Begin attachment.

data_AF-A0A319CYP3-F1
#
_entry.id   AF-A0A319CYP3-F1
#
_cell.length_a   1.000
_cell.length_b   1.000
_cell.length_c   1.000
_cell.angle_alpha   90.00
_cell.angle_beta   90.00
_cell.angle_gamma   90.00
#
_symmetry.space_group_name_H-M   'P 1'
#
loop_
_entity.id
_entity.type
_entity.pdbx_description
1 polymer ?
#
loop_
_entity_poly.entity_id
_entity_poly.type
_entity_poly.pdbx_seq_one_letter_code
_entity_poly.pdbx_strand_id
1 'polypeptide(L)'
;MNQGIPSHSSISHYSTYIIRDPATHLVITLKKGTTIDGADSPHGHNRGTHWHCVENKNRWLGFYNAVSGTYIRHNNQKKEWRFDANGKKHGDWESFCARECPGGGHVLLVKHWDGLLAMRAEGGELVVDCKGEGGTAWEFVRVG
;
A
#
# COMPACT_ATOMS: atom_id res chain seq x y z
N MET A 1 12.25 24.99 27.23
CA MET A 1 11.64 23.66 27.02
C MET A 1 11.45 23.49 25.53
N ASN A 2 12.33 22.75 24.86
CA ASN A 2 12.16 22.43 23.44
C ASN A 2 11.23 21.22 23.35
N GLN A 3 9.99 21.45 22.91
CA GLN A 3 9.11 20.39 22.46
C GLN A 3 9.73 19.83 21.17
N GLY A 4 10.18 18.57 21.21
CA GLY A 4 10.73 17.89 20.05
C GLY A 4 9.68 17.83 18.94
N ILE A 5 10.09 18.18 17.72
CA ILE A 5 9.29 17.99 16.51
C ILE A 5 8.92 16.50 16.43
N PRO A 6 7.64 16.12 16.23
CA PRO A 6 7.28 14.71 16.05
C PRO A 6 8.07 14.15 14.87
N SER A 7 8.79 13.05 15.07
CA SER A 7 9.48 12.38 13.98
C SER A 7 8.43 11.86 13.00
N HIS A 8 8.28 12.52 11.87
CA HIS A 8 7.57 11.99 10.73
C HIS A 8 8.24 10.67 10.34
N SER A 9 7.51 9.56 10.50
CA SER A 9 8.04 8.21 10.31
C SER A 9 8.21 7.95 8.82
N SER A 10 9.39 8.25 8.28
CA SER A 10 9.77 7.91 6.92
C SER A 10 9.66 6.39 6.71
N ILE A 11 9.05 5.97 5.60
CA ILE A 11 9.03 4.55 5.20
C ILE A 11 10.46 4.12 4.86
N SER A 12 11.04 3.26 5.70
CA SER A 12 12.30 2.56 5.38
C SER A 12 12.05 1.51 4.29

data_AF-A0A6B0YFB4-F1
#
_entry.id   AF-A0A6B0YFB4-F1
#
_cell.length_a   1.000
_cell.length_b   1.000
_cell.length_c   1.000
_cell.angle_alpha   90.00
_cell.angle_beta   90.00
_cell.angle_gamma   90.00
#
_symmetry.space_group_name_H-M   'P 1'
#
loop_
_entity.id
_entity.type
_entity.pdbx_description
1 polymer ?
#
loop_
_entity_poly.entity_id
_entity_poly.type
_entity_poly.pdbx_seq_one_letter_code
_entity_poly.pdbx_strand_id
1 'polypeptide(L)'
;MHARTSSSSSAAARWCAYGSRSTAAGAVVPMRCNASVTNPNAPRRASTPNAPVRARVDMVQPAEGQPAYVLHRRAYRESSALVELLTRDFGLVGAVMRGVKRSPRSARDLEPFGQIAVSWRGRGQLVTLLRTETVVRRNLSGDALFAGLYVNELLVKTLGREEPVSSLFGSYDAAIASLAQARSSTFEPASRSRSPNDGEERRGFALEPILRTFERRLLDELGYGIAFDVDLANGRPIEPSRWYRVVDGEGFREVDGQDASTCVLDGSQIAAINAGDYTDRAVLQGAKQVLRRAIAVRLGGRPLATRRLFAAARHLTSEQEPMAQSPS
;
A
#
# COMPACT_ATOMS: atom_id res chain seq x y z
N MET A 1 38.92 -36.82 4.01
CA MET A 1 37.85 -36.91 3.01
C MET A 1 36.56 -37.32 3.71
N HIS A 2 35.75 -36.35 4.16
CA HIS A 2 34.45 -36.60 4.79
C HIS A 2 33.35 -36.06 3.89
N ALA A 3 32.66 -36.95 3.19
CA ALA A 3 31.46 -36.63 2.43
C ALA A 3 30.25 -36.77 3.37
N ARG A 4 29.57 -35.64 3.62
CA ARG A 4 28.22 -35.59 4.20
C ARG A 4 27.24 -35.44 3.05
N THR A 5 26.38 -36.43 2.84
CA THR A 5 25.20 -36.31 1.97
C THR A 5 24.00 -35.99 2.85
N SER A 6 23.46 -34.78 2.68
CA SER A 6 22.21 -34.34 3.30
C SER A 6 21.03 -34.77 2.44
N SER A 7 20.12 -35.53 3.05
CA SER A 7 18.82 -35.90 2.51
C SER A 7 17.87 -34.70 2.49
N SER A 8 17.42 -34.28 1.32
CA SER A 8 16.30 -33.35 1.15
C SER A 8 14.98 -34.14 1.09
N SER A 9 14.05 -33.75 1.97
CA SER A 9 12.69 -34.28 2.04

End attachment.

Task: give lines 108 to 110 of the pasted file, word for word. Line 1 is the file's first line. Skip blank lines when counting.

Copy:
C ARG A 4 27.24 -35.44 3.05
N THR A 5 26.38 -36.43 2.84
CA THR A 5 25.20 -36.31 1.97